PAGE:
Therefore, prepare your minds for action; be self-controlled. 1 Peter 1:13 (NIV) When you see the word therefore, you know Peter is pointing back to what he just said. Peter was saying that Christians are born again as the power of the risen Lord touches their lives. “Now,” Peter says,...
As for me and my household, we will serve the Lord. Joshua 24:15
Joshua draws a line in the sand. “I am making a personal commitment to serve God.” Then he adds, “And this is how it is going to be for my household.” He is affirming a family value.
Clearly Joshua cannot make a choice to serve God for his children, but he can say that within his sphere of influence the driving vision, value, and commitment will be to serve the Lord.
The people immediately respond: “We will serve the Lord.” After all, these are God’s people. “Joshua, of course we are going to serve the Lord!” But Joshua is looking for something more than verbal agreement. He says, in effect: “You can’t. He is a holy God; he is a jealous God. He will not forgive your rebellion and your sins” (24:19). Why won’t God forgive their sins?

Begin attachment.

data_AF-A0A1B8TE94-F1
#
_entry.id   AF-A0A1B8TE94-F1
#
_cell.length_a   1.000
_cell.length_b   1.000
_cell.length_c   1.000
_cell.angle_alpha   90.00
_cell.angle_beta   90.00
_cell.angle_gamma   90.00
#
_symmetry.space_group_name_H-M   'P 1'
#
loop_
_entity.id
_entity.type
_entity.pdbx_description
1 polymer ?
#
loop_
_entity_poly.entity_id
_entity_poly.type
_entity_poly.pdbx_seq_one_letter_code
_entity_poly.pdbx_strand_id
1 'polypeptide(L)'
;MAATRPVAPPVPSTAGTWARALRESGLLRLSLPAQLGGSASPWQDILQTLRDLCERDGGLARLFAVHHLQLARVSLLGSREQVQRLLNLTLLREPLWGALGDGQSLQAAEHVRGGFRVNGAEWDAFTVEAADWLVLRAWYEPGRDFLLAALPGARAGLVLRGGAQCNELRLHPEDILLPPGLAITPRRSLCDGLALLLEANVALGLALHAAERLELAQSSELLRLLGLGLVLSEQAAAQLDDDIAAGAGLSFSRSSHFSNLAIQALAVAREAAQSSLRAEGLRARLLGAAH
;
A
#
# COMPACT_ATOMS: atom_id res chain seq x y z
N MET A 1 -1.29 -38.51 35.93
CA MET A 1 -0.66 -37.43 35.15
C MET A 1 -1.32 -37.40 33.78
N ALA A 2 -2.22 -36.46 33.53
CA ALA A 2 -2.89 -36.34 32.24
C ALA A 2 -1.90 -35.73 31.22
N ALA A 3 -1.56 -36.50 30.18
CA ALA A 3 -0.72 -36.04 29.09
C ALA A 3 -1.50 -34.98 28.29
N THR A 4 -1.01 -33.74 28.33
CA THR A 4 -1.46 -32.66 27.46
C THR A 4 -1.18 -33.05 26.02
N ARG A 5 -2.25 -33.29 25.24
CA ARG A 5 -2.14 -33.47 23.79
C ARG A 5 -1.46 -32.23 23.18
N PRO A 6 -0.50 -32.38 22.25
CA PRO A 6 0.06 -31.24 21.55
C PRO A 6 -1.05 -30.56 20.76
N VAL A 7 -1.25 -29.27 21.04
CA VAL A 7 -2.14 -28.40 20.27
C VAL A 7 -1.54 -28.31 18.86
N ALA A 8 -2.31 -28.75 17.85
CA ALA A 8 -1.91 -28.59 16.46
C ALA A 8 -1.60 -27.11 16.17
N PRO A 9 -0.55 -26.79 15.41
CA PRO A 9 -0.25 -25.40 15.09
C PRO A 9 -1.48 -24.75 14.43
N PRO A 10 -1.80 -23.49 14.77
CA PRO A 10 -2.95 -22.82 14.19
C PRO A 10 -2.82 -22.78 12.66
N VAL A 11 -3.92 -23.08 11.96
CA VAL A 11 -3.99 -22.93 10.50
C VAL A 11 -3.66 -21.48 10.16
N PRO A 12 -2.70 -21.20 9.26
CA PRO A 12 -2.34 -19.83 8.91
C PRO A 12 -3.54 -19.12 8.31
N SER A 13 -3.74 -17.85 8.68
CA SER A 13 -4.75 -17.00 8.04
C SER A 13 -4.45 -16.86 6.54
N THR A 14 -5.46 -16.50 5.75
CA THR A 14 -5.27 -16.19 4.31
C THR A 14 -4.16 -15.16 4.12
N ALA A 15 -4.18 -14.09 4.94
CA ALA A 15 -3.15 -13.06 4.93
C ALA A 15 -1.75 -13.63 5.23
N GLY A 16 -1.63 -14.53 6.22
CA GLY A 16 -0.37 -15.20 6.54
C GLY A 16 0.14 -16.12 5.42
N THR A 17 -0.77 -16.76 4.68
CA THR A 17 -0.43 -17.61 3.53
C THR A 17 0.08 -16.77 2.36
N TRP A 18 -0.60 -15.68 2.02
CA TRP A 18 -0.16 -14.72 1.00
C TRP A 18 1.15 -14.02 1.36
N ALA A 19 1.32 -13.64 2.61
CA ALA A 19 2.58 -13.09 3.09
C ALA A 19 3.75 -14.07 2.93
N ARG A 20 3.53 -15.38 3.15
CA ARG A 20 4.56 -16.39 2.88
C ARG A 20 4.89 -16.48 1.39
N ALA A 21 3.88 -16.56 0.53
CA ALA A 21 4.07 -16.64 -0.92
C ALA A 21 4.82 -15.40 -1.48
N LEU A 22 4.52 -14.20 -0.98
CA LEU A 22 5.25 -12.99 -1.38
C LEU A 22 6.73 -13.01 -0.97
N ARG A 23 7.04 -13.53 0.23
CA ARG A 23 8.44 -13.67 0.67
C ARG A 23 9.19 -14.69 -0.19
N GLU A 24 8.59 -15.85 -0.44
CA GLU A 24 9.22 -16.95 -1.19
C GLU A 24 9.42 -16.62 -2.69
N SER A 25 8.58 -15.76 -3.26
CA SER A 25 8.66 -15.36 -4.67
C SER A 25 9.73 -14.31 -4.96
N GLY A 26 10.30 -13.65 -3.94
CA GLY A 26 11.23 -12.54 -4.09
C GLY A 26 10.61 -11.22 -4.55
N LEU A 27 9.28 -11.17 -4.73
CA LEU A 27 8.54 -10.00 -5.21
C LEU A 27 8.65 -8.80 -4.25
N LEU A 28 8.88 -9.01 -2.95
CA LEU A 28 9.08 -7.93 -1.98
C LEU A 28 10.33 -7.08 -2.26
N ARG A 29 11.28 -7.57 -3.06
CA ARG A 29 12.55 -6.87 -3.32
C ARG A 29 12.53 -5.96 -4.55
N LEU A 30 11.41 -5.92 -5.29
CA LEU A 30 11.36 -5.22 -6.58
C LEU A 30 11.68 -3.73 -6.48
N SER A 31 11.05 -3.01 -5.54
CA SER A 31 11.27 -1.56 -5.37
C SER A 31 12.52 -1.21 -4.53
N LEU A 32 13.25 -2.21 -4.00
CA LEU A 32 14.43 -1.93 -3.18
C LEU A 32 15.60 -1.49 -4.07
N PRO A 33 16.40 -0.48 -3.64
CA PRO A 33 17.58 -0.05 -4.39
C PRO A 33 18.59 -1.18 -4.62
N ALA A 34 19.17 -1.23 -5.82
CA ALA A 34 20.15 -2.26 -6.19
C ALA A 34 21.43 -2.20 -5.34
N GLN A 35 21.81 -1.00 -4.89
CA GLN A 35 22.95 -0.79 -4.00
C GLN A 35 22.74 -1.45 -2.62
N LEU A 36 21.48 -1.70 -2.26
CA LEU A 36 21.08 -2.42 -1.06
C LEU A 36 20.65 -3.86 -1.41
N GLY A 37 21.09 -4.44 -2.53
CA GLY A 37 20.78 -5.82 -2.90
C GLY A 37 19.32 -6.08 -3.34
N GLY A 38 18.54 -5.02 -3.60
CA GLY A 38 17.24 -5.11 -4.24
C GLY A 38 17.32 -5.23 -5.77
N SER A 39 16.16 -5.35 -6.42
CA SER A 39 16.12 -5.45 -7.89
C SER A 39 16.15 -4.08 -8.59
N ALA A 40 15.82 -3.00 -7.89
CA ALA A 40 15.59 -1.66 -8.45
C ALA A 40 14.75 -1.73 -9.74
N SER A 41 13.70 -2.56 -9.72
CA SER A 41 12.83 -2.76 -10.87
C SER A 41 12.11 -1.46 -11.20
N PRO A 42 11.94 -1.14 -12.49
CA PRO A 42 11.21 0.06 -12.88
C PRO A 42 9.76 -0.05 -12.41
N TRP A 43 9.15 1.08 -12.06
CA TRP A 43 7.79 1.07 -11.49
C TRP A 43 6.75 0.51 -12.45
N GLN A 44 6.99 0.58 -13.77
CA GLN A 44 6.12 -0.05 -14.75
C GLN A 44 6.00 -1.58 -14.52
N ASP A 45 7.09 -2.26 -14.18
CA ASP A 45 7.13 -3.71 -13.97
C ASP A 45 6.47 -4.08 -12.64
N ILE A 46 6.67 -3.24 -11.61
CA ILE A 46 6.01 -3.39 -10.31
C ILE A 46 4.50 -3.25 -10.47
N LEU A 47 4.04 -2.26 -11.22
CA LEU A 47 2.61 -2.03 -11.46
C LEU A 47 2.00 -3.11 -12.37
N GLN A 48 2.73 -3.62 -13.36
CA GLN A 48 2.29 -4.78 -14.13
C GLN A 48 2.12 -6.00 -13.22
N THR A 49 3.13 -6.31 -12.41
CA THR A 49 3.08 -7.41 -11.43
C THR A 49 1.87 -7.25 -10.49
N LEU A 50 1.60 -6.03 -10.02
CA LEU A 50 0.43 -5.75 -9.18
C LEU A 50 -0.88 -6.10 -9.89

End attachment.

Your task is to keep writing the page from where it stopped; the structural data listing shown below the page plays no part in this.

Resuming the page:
A few verses later, Joshua says, “Throw away the foreign gods that are [present tense] among you” (24:23). They say they will serve the Lord, but they have never parted with their idols. They refused to part with what the culture put in the place of God.
They wanted all the blessings of God’s covenant, but they also wanted to keep their options open. Joshua says, “That won’t work. This commitment has to be more than words. It must be a commitment of your life.” If you will not throw out the idols, don’t deceive yourself into thinking that you are forgiven.
That’s why the Bible says, “Examine yourselves to see if you are in the faith” (2 Cor. 13:5). God has never promised to forgive a sin that you will not forsake. Where there is no evidence of the work of the Holy Spirit in repentance, there is no reason to suppose that a person is forgiven.
Examine yourself to see if you’re in the faith.